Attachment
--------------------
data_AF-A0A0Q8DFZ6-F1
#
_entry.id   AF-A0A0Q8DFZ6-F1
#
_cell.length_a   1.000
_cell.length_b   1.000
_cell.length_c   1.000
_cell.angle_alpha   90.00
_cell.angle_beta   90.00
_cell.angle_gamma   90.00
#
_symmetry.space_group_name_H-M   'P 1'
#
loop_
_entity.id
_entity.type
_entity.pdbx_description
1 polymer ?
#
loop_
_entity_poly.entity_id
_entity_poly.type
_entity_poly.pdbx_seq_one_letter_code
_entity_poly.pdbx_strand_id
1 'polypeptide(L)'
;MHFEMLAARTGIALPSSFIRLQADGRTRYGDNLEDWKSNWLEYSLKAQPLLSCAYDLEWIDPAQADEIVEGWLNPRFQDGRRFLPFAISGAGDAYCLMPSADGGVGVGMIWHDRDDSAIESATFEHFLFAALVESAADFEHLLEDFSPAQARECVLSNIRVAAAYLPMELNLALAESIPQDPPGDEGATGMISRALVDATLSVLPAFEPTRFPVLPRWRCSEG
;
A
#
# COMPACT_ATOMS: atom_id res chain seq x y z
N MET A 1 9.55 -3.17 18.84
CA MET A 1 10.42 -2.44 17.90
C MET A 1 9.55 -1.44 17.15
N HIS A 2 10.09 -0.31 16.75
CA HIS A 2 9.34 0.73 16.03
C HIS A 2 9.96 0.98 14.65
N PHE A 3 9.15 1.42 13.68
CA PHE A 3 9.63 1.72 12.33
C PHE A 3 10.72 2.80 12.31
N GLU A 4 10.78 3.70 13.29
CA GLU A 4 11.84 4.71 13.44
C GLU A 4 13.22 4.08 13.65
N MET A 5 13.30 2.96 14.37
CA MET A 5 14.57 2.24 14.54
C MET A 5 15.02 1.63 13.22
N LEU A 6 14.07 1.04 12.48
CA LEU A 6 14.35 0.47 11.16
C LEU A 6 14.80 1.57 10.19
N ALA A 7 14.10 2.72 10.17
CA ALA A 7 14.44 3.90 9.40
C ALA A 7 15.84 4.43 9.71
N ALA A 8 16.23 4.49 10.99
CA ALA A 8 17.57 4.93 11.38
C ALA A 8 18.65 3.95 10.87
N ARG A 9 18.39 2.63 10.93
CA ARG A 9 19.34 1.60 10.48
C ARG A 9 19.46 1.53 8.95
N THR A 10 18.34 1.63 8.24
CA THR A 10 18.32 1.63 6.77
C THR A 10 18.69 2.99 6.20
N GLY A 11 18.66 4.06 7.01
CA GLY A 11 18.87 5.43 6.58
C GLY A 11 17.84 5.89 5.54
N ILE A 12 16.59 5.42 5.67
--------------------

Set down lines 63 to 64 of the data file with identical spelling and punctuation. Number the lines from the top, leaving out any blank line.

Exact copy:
C GLY A 11 17.84 5.89 5.54
N ILE A 12 16.59 5.42 5.67